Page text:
3. Plug in the USB drive to the offline computer and extract all of the files from the USB drive to the computer. The image from the MEW offline guide is below.

 

  1. Double-click the ‘index.html’ file which will open MEW in the browser of your offline computer. Any message saying that you are not connected to the Internet is normal and can be ignored. You will have to use an Ethereum block explorer such as etherscan.io to view your token balances for your wallet since your browser is offline.
  2. At this point, you are running MEW offline and are ready to send an offline transaction.

It’s not possible to directly send offline transactions from the offline, local version of MEW that is running on the offline computer, so you need to follow several steps involving the original Internet-connected computer. The purpose of this is to keep the private key of your wallet on the offline computer protected from malware, viruses, etc. that can be contracted from the online device’s Internet connection.

Generate the Transaction

So, to recap, you should have the offline MEW running on a computer not connected to the Internet and an Internet-connected computer ready to enact the following steps:

  1. Go to MyEtherWallet.com on the online computer.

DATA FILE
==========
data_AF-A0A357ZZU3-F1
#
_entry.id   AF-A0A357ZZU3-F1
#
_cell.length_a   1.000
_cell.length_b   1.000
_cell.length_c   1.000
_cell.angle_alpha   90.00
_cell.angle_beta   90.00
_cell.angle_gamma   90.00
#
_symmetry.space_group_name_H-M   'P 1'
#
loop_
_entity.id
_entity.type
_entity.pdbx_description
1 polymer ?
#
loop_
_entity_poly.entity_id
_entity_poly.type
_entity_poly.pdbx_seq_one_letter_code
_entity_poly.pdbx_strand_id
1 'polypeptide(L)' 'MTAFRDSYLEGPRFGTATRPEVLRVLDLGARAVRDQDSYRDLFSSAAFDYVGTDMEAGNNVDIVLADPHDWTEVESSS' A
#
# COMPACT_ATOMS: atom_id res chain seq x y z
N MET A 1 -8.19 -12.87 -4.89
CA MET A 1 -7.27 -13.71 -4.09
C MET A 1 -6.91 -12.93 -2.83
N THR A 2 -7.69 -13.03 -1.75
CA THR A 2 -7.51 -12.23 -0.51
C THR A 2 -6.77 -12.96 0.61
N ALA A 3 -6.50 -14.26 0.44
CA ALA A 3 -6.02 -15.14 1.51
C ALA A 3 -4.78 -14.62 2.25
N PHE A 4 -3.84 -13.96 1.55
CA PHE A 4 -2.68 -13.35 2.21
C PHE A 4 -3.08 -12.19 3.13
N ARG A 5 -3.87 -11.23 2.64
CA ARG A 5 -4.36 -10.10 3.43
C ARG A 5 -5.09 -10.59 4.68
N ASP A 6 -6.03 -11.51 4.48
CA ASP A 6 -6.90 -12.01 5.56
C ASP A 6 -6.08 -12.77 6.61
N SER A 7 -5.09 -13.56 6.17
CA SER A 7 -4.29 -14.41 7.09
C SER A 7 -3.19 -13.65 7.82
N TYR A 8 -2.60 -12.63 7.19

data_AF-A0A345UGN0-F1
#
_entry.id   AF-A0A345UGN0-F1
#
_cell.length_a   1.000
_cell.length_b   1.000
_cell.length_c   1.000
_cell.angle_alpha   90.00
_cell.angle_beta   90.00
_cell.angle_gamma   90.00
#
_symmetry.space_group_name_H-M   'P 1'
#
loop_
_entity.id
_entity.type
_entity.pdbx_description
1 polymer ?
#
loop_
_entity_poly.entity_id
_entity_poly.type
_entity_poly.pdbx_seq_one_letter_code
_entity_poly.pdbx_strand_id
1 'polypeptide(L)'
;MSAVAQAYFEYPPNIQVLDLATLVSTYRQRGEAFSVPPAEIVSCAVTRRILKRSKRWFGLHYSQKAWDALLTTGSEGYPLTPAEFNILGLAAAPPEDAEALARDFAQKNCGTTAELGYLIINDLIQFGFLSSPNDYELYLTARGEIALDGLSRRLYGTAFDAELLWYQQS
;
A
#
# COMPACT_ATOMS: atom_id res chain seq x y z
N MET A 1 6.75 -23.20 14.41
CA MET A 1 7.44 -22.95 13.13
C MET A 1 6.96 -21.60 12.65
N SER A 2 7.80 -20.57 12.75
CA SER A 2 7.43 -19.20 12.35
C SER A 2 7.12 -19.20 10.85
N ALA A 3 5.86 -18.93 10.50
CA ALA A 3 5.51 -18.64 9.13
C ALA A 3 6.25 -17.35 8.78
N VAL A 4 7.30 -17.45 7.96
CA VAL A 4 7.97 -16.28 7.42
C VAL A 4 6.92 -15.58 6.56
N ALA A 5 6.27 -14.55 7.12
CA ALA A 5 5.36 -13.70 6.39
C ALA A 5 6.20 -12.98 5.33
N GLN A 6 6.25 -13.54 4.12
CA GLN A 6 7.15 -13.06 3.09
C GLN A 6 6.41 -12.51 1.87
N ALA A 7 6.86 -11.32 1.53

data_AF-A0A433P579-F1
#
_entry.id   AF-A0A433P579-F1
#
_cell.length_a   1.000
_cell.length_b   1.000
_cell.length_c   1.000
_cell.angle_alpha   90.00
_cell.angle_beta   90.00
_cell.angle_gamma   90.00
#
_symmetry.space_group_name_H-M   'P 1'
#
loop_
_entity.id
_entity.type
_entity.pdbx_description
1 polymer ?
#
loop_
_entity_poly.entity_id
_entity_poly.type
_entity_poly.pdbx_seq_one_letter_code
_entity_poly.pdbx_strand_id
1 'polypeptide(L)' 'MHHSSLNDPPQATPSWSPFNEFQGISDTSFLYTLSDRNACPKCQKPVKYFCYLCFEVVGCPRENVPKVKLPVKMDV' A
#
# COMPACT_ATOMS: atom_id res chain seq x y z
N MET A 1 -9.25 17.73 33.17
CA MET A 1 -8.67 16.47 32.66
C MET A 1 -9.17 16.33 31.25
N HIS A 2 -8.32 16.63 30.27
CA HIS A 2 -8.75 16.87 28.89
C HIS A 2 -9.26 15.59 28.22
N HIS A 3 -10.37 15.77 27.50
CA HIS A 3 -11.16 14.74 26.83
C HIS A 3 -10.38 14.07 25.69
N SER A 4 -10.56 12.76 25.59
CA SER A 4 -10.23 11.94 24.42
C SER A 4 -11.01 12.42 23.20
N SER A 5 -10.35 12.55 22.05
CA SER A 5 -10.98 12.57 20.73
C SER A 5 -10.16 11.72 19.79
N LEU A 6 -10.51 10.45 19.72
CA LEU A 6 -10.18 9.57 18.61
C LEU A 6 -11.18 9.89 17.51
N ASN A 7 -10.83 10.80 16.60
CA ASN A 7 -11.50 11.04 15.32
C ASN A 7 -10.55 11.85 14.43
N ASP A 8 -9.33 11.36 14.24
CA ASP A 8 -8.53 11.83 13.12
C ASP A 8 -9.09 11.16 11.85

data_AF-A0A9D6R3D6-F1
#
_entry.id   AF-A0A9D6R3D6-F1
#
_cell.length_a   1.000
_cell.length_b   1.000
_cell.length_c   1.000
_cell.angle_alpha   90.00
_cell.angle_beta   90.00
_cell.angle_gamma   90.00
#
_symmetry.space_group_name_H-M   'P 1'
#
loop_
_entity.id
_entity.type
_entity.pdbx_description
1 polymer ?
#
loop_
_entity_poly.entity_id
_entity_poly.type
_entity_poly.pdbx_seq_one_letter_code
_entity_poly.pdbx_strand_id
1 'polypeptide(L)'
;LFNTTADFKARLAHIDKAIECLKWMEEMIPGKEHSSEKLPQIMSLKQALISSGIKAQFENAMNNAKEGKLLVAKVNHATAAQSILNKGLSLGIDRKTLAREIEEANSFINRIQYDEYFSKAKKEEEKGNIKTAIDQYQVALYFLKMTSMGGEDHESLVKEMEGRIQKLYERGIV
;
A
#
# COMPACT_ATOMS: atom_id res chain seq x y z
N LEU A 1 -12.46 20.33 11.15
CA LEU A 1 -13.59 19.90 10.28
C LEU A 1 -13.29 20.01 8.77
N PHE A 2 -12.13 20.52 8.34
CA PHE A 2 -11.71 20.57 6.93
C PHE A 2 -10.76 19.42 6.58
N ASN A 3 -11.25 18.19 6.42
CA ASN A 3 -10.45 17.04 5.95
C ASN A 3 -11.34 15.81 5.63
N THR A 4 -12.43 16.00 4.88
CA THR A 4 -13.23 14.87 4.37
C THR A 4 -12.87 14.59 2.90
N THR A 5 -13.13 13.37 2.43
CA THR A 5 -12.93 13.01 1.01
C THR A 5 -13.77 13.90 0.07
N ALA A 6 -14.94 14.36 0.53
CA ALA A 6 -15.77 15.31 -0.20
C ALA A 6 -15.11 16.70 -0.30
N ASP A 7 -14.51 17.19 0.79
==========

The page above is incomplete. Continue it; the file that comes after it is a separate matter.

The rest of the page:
2. Scroll down to the bottom and click on the ‘Send Offline Helper’ link under ‘Discovery.’
  3. Select the network you are using (i.e., ETH for Ether and ERC-20 transfers) and verify the address you are sending from. The gas price and nonce will automatically be generated following the address input.
  4. Record the nonce down, and then export the JSON file to the USB drive.
  5. Connect the USB drive to the offline computer.
  6. Open ‘index.html’ again into your browser from the USB drive.
  7. Go to the MEW website home page and select ‘Access My Wallet.’ The following screen should appear.

 

  1. Access your wallet with your private key, keystore, or mnemonic phrase through the ‘Software’ tab then select ‘Send Offline’ on the left-hand side of the screen from the image below.

  1. Import your JSON file (scroll down for button) from the USB drive and enter the amount you would like to send in the transaction.